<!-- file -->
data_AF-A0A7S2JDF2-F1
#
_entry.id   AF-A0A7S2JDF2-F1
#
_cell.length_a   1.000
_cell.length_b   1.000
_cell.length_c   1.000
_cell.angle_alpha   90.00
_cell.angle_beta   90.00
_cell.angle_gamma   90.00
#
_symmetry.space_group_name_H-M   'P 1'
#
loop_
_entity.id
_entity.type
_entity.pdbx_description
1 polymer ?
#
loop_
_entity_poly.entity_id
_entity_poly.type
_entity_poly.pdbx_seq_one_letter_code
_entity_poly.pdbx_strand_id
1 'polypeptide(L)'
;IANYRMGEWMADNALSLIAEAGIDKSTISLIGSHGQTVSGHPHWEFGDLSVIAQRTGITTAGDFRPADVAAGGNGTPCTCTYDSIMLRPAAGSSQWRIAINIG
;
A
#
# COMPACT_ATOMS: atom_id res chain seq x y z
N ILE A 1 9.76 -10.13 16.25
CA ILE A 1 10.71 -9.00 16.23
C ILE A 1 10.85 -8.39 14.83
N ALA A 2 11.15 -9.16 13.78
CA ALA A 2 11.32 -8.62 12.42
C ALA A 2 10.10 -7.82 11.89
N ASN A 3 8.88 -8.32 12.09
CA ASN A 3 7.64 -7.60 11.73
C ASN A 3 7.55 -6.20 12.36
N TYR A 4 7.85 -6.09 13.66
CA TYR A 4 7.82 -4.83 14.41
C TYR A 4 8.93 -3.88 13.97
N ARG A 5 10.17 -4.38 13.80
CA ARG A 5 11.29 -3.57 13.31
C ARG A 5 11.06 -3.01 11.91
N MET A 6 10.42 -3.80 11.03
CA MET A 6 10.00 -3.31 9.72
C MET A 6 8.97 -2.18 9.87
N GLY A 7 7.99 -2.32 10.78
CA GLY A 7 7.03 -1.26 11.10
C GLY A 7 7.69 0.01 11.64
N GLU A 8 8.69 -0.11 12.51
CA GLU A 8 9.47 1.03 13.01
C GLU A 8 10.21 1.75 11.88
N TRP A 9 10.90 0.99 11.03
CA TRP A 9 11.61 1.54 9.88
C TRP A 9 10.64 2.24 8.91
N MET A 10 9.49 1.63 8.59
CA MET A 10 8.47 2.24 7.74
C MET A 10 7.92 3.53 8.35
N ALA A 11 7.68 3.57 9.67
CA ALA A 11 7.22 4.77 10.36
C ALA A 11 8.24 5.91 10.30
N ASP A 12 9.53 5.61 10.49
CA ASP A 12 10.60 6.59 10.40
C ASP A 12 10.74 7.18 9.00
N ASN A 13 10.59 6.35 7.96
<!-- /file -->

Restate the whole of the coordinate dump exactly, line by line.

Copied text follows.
data_AF-A0A7S2JDF2-F1
#
_entry.id   AF-A0A7S2JDF2-F1
#
_cell.length_a   1.000
_cell.length_b   1.000
_cell.length_c   1.000
_cell.angle_alpha   90.00
_cell.angle_beta   90.00
_cell.angle_gamma   90.00
#
_symmetry.space_group_name_H-M   'P 1'
#
loop_
_entity.id
_entity.type
_entity.pdbx_description
1 polymer ?
#
loop_
_entity_poly.entity_id
_entity_poly.type
_entity_poly.pdbx_seq_one_letter_code
_entity_poly.pdbx_strand_id
1 'polypeptide(L)'
;IANYRMGEWMADNALSLIAEAGIDKSTISLIGSHGQTVSGHPHWEFGDLSVIAQRTGITTAGDFRPADVAAGGNGTPCTCTYDSIMLRPAAGSSQWRIAINIG
;
A
#
# COMPACT_ATOMS: atom_id res chain seq x y z
N ILE A 1 9.76 -10.13 16.25
CA ILE A 1 10.71 -9.00 16.23
C ILE A 1 10.85 -8.39 14.83
N ALA A 2 11.15 -9.16 13.78
CA ALA A 2 11.32 -8.62 12.42
C ALA A 2 10.10 -7.82 11.89
N ASN A 3 8.88 -8.32 12.09
CA ASN A 3 7.64 -7.60 11.73
C ASN A 3 7.55 -6.20 12.36
N TYR A 4 7.85 -6.09 13.66
CA TYR A 4 7.82 -4.83 14.41
C TYR A 4 8.93 -3.88 13.97
N ARG A 5 10.17 -4.38 13.80
CA ARG A 5 11.29 -3.57 13.31
C ARG A 5 11.06 -3.01 11.91
N MET A 6 10.42 -3.80 11.03
CA MET A 6 10.00 -3.31 9.72
C MET A 6 8.97 -2.18 9.87
N GLY A 7 7.99 -2.32 10.78
CA GLY A 7 7.03 -1.26 11.10
C GLY A 7 7.69 0.01 11.64
N GLU A 8 8.69 -0.11 12.51
CA GLU A 8 9.47 1.03 13.01
C GLU A 8 10.21 1.75 11.88
N TRP A 9 10.90 0.99 11.03
CA TRP A 9 11.61 1.54 9.88
C TRP A 9 10.64 2.24 8.91
N MET A 10 9.49 1.63 8.59
CA MET A 10 8.47 2.24 7.74
C MET A 10 7.92 3.53 8.35
N ALA A 11 7.68 3.57 9.67
CA ALA A 11 7.22 4.77 10.36
C ALA A 11 8.24 5.91 10.30
N ASP A 12 9.53 5.61 10.49
CA ASP A 12 10.60 6.59 10.40
C ASP A 12 10.74 7.18 9.00
N ASN A 13 10.59 6.35 7.96